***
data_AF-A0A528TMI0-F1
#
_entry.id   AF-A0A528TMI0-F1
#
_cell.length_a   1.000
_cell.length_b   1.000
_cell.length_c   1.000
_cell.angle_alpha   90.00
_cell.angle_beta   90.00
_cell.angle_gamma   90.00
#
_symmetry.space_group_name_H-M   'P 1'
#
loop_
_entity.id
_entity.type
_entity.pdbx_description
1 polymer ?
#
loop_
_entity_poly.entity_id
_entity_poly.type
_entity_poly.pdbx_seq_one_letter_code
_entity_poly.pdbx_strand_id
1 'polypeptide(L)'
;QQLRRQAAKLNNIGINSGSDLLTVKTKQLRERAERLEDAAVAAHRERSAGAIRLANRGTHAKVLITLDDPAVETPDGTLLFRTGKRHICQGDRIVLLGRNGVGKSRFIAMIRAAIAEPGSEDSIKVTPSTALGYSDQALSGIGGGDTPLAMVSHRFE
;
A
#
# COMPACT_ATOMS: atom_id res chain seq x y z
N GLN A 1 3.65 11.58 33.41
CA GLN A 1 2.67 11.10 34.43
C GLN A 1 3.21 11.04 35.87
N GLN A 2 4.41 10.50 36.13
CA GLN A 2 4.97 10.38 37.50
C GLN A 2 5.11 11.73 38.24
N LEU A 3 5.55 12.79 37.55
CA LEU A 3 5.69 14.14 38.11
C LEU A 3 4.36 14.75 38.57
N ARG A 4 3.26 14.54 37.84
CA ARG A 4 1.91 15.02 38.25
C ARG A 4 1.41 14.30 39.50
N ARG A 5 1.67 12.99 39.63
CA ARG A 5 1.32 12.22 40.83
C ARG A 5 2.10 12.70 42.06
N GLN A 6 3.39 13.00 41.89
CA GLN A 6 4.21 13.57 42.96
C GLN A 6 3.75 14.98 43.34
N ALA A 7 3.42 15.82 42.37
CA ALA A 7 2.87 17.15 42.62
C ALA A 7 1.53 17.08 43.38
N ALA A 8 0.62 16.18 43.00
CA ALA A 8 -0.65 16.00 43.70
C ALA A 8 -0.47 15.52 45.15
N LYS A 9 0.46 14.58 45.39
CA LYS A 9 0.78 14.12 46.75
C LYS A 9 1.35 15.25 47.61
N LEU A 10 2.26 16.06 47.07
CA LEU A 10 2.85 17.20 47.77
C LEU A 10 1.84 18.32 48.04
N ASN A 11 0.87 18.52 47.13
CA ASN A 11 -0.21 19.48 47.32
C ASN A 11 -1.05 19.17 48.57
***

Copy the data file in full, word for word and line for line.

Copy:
data_AF-A0A528TMI0-F1
#
_entry.id   AF-A0A528TMI0-F1
#
_cell.length_a   1.000
_cell.length_b   1.000
_cell.length_c   1.000
_cell.angle_alpha   90.00
_cell.angle_beta   90.00
_cell.angle_gamma   90.00
#
_symmetry.space_group_name_H-M   'P 1'
#
loop_
_entity.id
_entity.type
_entity.pdbx_description
1 polymer ?
#
loop_
_entity_poly.entity_id
_entity_poly.type
_entity_poly.pdbx_seq_one_letter_code
_entity_poly.pdbx_strand_id
1 'polypeptide(L)'
;QQLRRQAAKLNNIGINSGSDLLTVKTKQLRERAERLEDAAVAAHRERSAGAIRLANRGTHAKVLITLDDPAVETPDGTLLFRTGKRHICQGDRIVLLGRNGVGKSRFIAMIRAAIAEPGSEDSIKVTPSTALGYSDQALSGIGGGDTPLAMVSHRFE
;
A
#
# COMPACT_ATOMS: atom_id res chain seq x y z
N GLN A 1 3.65 11.58 33.41
CA GLN A 1 2.67 11.10 34.43
C GLN A 1 3.21 11.04 35.87
N GLN A 2 4.41 10.50 36.13
CA GLN A 2 4.97 10.38 37.50
C GLN A 2 5.11 11.73 38.24
N LEU A 3 5.55 12.79 37.55
CA LEU A 3 5.69 14.14 38.11
C LEU A 3 4.36 14.75 38.57
N ARG A 4 3.26 14.54 37.84
CA ARG A 4 1.91 15.02 38.25
C ARG A 4 1.41 14.30 39.50
N ARG A 5 1.67 12.99 39.63
CA ARG A 5 1.32 12.22 40.83
C ARG A 5 2.10 12.70 42.06
N GLN A 6 3.39 13.00 41.89
CA GLN A 6 4.21 13.57 42.96
C GLN A 6 3.75 14.98 43.34
N ALA A 7 3.42 15.82 42.37
CA ALA A 7 2.87 17.15 42.62
C ALA A 7 1.53 17.08 43.38
N ALA A 8 0.62 16.18 43.00
CA ALA A 8 -0.65 16.00 43.70
C ALA A 8 -0.47 15.52 45.15
N LYS A 9 0.46 14.58 45.39
CA LYS A 9 0.78 14.12 46.75
C LYS A 9 1.35 15.25 47.61
N LEU A 10 2.26 16.06 47.07
CA LEU A 10 2.85 17.20 47.77
C LEU A 10 1.84 18.32 48.04
N ASN A 11 0.87 18.52 47.13
CA ASN A 11 -0.21 19.48 47.32
C ASN A 11 -1.05 19.17 48.57